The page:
During the past two decades, the e-government initiative has been considered by many scholars as an effective tool for enhancing accountability as it can bridge the communication gap between public agencies and people (Chen et al., 2006). It can also increase the interaction between government and the public by engaging them in matters of state and enhancing responsiveness to their demands and needs (Bataineh and Abu-Shanab, 2016), improve the delivery of public services (Ray, 2012) and reinforce compliance with laws and regulations and strengthen control over officials, thereby reducing corruption (Aladwani, 2016; Elbahnasawy, 2014; Kim, 2014; Krishnan et al., 2013). E-government can also increase openness and transparency (Halachmi and Greiling, 2013). Because of these capacities, many countries have attempted to implement e-government projects to benefit from its potential to achieve the intended goals of reform and increase the desired level of accountability in government actions (Andersen, 2009; Bataineh and Abu-Shanab, 2016; Cuillier and Piotrowski, 2009).
Although e-government holds a great promise to enhance accountability and reform public administrations, several studies (Chen et al., 2010; Lourenco et al., 2017; Griffin and Halpin, 2005; Petrakaki et al., 2009) indicate that it is still unclear and involves many complex processes, particularly in developing countries (Hamiduzzaman, 2012). According to Heeks (1998a); and Petrakaki et al. (2009), the complexity between e-government and accountability can be attributed to the ambiguity in accountability concept itself, where public organizations have multiple accountability relationships with a wide range of different stakeholders. This results in public organizations finding themselves under the multiple strain of trying to meet the different demands of a range of stakeholders that are most likely to be in conflict with each other. This makes it more difficult for public organizations to be accountable to all of them simultaneously. Koppell (2005) describes this situation as “multiple accountabilities disorder” in the sense that organizations that are accountable to various parties experience difficulty in executing concomitantly the orders of senior staff, responding to the demands and needs of clients and complying with laws and regulations. Therefore, this conflict of relationships may be detrimental to the accountability of organizations and cause them to fail in this regard. The enhancement of accountability through e-government is not exception of this disorder. For instance, Heeks (1998a) states that in many cases, the implementation of e-government does not achieve a balance between these accountability relationships, in the sense that e-government does not meet the conflicting demands of different stakeholders; rather, it increases complexity and undermines accountability. Petrakaki et al. (2009) also support this point. Consequently, the critical question is raised here: how do public organizations manage accountability issues when e-government is being implemented? (Smith et al., 2010). However, a little is known about how e-government enhances accountability in public organizations, which is still a vague issue for both academics and government managers in many nations (Chen et al., 2010; Lourenco et al., 2017; Orelli et al., 2010; Pina et al., 2010a).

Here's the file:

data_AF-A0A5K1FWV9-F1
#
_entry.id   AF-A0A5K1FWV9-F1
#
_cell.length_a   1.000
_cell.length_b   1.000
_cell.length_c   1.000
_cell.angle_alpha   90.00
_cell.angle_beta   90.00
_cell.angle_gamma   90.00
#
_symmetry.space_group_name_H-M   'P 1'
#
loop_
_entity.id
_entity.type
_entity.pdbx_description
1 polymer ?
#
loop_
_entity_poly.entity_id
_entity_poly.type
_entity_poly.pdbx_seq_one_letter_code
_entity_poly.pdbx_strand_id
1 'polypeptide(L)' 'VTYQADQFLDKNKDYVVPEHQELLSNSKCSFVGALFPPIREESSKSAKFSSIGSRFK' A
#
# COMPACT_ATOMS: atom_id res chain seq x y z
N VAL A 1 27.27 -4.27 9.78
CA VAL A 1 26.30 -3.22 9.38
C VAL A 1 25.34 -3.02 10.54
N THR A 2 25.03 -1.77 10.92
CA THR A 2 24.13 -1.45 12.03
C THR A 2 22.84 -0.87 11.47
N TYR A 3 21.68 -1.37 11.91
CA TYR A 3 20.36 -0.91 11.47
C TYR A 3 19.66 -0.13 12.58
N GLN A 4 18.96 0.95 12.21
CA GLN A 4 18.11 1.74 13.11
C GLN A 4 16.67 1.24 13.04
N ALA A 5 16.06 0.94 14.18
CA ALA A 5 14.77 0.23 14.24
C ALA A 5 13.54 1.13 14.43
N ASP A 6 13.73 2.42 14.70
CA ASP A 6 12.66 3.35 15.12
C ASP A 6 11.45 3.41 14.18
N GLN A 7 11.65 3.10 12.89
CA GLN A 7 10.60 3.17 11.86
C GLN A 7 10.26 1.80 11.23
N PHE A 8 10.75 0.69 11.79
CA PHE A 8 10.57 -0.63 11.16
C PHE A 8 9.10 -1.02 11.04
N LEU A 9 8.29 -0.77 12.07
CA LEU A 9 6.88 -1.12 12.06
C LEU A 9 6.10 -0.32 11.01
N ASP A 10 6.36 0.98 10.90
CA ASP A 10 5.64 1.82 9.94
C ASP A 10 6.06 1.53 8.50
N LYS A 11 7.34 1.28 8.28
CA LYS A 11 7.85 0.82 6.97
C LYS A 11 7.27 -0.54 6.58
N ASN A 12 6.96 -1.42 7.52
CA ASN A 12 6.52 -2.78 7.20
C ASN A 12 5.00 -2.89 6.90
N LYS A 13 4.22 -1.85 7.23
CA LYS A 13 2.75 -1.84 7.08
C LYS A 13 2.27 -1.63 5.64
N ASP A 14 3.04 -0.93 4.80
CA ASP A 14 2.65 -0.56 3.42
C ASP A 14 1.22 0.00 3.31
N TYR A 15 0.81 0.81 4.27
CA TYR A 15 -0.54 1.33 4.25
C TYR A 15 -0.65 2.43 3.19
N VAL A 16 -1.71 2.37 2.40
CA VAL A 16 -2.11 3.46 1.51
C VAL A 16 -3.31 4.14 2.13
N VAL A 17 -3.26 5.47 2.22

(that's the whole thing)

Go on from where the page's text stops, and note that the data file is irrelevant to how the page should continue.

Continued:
During the past two decades, Jordan transformed toward democratization and establishment of good governance. Since King Abdullah assumed the throne in 1999, His Majesty has given high priority to the reform and modernization of all sectors in Jordan on the economic, social and political levels. He has sought to democratize Jordanian society and has directed and encouraged all successive governments to reform public administration by focusing on the values of good governance, including transparency and accountability, the fight against corruption and the rule of law to maintain the society clean and establish an environment that reflects the rule of law, equity, equality, participation of citizens, accountability and the openness of the government and its closeness to citizens (www.kingabdullah.jo). In almost all designation letters to successive government, King Abdullah II has directed the government to adhere to accountability and encouraged them to take the required programs that enhance this concept to reform public sector in Jordan (JPM, 2003). To implement the royal vision, the Jordanian Government has set accountability as a forward-looking goal to achieve in its national agenda (2006-2015) to reform the public sector. In addition, the Jordanian Government has adopted a number of initiatives and programs to achieve accountability, modernization and the desired reform. One of these initiatives is the e-government program. This program was established in alignment with the goals of the national agenda to ensure transparency and accountability in the Jordanian public sector (MOICT, 2006).